• Attributes in the parent class(es) (through a InheritanceManager3).
import 'package:analyzer/src/dart/element/inheritance_manager3.dart' // ignore: implementation_imports
    show
        InheritanceManager3;

List<FieldElement> getAllFields(ClassElement element) {
    var manager = InheritanceManager3();
    var visitor = ModelVisitor();

    final inheritedFields = <String, FieldElement>{};
    for (var v in manager.getInheritedConcreteMap2(element).values) {
      if (v is PropertyAccessorElement && v.isGetter) {
        assert(v.variable is FieldElement);
        final variable = v.variable as FieldElement;
        assert(!inheritedFields.containsKey(variable.name));
        inheritedFields[variable.name] = variable;
      }
    }
    element.visitChildren(visitor);
    return [...visitor.elements, ...inheritedFields.values];
  }

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Getting inherited attributes

We use the method manager.getInheritedConcreteMap2(element) in the class InheritanceManager3 to retrieve the list of classes in the inheritance chain for the annotated class.

We must iterate through each inherited attribute, filtering out attributes that are not property getters:

if (v is PropertyAccessorElement && v.isGetter) {
  assert(v.variable is FieldElement);
  final variable = v.variable as FieldElement;
  inheritedFields[variable.name] = variable;
}

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Getting the annotated class' attributes

We create a ModelVisitor class extending SimpleElementVisitor from the package package:analyzer/dart/element/visitor.dart to extract the attributes for the annotated class:

var visitor = ModelVisitor();
element.visitChildren(visitor);

// ...

class ModelVisitor extends SimpleElementVisitor {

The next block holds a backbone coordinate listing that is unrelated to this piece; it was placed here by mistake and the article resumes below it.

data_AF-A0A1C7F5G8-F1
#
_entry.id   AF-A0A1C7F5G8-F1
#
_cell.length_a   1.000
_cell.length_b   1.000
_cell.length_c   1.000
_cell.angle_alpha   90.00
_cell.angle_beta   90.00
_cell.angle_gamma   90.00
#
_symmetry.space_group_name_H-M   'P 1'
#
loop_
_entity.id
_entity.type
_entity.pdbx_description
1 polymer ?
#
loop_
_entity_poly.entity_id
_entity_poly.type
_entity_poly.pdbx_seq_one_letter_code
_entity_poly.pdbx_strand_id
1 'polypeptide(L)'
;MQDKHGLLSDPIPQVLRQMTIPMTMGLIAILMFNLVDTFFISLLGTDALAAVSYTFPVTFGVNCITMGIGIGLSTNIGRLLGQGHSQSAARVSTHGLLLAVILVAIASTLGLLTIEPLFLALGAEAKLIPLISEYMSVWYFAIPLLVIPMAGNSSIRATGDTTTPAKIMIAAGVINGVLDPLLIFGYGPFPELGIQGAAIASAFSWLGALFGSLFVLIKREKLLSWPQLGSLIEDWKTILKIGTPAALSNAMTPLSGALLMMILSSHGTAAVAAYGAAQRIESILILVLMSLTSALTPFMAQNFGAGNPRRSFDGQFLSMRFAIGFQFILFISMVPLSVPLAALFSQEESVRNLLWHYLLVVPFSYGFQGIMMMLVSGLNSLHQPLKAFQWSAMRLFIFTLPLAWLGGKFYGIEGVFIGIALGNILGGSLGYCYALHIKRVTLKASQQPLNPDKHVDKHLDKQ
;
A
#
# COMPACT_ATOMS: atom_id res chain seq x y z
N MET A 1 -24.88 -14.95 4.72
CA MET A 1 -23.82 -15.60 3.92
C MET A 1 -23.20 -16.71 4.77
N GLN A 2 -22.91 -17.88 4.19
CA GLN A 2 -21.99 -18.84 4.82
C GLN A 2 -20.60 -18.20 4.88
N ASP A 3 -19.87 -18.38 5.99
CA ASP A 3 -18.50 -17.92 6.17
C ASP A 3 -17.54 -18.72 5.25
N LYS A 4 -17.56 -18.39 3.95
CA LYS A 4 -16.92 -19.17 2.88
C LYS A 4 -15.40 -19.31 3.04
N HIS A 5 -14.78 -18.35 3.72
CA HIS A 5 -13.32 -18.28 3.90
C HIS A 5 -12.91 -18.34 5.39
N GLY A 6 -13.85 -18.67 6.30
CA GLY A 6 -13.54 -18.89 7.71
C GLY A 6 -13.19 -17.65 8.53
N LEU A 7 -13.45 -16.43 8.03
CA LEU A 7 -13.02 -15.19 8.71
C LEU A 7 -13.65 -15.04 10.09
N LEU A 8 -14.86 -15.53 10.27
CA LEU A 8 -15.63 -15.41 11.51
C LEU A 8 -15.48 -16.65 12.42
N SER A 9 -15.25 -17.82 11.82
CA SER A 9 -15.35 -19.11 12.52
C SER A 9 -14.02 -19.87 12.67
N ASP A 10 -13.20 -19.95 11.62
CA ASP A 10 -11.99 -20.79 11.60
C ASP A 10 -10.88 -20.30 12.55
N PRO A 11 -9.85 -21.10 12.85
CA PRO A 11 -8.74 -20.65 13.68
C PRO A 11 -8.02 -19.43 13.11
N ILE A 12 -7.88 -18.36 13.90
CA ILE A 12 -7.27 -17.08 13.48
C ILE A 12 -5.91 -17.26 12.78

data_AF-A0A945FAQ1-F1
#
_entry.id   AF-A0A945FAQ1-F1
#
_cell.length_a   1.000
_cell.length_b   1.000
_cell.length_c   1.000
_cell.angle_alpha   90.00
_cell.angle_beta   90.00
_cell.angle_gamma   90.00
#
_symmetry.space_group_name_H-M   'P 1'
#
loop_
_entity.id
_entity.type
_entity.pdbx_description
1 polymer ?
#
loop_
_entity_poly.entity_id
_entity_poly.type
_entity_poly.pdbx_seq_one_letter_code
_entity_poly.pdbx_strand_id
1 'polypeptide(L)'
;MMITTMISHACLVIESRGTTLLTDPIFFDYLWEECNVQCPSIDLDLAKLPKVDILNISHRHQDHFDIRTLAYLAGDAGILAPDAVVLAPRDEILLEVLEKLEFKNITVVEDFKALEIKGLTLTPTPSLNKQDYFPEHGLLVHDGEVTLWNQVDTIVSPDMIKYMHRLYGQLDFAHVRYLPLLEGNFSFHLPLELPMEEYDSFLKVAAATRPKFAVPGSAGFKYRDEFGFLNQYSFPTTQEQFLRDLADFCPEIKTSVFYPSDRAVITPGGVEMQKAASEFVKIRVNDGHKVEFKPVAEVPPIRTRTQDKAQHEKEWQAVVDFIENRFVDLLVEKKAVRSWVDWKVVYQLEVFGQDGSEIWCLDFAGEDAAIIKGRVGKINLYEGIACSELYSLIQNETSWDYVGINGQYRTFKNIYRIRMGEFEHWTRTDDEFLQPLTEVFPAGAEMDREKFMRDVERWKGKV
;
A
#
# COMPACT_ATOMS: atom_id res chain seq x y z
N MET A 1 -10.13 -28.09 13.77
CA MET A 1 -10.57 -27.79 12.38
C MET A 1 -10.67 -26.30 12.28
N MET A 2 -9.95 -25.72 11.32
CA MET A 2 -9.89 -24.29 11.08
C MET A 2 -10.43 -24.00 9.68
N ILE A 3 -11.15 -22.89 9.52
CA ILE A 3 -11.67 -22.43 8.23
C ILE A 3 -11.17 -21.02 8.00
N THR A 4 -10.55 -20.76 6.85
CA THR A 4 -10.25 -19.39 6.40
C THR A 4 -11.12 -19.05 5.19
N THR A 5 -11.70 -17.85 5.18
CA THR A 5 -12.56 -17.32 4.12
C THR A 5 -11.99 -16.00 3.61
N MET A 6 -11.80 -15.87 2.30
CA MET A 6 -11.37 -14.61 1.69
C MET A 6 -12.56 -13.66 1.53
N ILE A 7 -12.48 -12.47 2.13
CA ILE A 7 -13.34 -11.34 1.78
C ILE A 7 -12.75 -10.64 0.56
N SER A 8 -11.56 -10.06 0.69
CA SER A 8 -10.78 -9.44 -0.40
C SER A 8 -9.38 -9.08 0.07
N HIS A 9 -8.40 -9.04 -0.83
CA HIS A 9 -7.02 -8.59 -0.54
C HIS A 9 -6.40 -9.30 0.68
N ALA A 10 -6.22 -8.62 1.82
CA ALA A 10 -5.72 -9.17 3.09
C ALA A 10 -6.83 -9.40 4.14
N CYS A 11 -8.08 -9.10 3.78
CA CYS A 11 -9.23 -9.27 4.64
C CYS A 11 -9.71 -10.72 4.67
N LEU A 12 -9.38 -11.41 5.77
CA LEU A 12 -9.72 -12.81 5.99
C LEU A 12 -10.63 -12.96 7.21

late DartType className;
  Map<String, DartType> fields = {};
  Map<String, List<ElementAnnotation>> metaData = {};
  List<FieldElement> elements = [];

  @override
  visitConstructorElement(ConstructorElement element) {
    className = element.type.returnType;
  }

  @override
  visitFieldElement(FieldElement element) {
    fields[element.name] = element.type;
    metaData[element.name] = element.metadata;
    elements.add(element);
  }

  @override
  visitTopLevelVariableElement(TopLevelVariableElement element) {
    fields[element.name] = element.type;
    metaData[element.name] = element.metadata;
  }

  // ...
}

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Having collected all attributes in the class -both direct and inherited-, we must filter out those that are not annotated with @DatabaseColumn:

List<DatabaseColumn> getDatabaseColumns(List<FieldElement> fieldList) {
    return fieldList
        .where((element) => columnTypeChecker.hasAnnotationOf(element))
        .map((element) => columnTypeChecker.firstAnnotationOfExact(element))
        .map((element) => DatabaseColumn.fromDartObj(element!))
        .toList();
  }